Louisiana Just Banned Legal Tender

Again, this makes no sense:

Cold hard cash. It’s good everywhere you go, right? You can use it to pay for anything.

But that’s not the case here in Louisiana now. It’s a law that was passed during this year’s busy legislative session.

House bill 195 basically says those who buy and sell second hand goods cannot use cash to make those transactions, and it flew so far under the radar most businesses don’t even know about it.

“We’re gonna lose a lot of business,” says Danny Guidry, who owns the Pioneer Trading Post in Lafayette. He deals in buying and selling unique second hand items.

“We don’t want this cash transaction to be taken away from us. It’s an everyday transaction,” Guidry explains.

Guidry says, “I think everyone in this business once they find out about it. They’re will definitely be a lot of uproar.”

The law states those who buy or sell second hand goods are prohibited from using cash. State representative Rickey Hardy co-authored the bill.

I’m not sure how this is legal, given that federal law states that US currency is considered legal tender for all transactions. Private business don’t have to accept cash, but I’m not sure how a state can ban private business from accepting it.

Lawyers? Am I wrong about this?

Oh, and this was done in the name of crime prevention by a Democrat. Whatever the intent, I am not sure how this is legal, and has the side effect of making everyone more beholden to banks and the credit card industry. Idiocy.

96 replies
  1. 1
    artem1s says:

    Legal? How the hell are they going to enforce it?

  2. 2
    Belafon (formerly anonevent) says:

    Oh, and this was done in the name of crime prevention by a Democrat.

    For all of you who go after Obama for dealing with Nelson and Landrieu, take a look at the kind of Democrats they have in LA.

  3. 3
    celtidragonchick says:

    This is pure weapons grade insanity.

    Oh, and almost certain to be struck down in federal court.

  4. 4
    cathyx says:

    It was done for crime prevention, or it was done to help the Walmarts sell their crap.

  5. 5
    kth says:

    Great, they just outlawed garage sales in Louisiana.

    It’s an old joke by now, but: Your move, Mississippi.

  6. 6
    cathyx says:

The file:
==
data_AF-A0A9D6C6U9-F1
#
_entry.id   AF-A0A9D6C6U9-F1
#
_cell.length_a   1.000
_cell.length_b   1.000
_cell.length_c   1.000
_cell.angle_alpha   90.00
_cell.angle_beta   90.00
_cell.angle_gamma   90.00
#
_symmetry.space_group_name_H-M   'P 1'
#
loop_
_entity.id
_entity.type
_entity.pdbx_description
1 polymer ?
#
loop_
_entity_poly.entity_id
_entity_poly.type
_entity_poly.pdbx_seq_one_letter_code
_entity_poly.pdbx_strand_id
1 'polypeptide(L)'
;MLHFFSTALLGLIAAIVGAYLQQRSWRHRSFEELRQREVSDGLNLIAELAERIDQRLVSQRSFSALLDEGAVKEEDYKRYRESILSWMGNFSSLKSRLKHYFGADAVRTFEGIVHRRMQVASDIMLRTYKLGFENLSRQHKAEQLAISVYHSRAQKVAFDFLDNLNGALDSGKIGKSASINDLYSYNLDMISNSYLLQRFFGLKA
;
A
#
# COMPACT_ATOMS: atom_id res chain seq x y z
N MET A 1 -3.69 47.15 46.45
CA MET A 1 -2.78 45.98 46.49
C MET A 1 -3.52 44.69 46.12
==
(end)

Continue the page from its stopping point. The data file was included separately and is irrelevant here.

They’ve enacted a law in Washington that metal yards have to send the person who is selling the metal a check for the amount that they receive for the metal and not give money to them right there on the spot. The reason is that if you stole the metal, the yard then has an address and name of the person who tried to sell it, and if it were stolen, then they can trace it.

  7. 7
    NonyNony says:

    WTF?

    And the last line of the story notes that pawn shops – the MOST likely place for a criminal to fence stolen goods – can still deal in cash because they “keep records”.

    Goodwill – where no sane criminal is going to ditch property he has stolen – isn’t allowed to deal in cash but pawn shops are?

    There’s more than crime prevention going on here. Maybe the Louisiana legislature is full of morons. Maybe this law was drafted by the banking industry and the pawn shop lobby was able to get an exemption. Maybe all of the above. But wow, this is stupid.

  8. 8
    Mark S. says:

    Pawn shops have been forced to keep records of their clients for years. However under this bill they are still allowed to deal in cash.

    I starting to get suspicious that this law has anything to do with crime prevention.

  9. 9
    The Moar You Know says:

    The intent of the law was to prevent scrap metal thefts, by ensuring that people who dragged in the copper pipe that they just janked out of your house couldn’t sell it, get cash, and get high.

    As usual, they can’t do anything in Louisiana right.

  10. 10
    Halteclere says:

    Sounds like some legislator had his AC condenser stolen.

  11. 11
    Dustin says:

    IANAL but as far as I always understood it the whole “won’t accept cash” was restricted to goods and not services because with goods they can decline to sell to you if you don’t pay how they want in advance, but that they MUST accept cash for services already rendered because of the whole pesky “legal tender” issue. I don’t see how this law can possibly be legal because by banning cash sales the LA government is, in effect, saying that cash isn’t legal tender for goods and services if they’re second hand. That’s not their decision to make, it’s a federal issue.

    Or am I completely off base here? Because I’d imagine if monitary policy was a state issue we be finding a whole bunch of numbnuts in the south starting up state gold-only banks. We don’t, so what gives?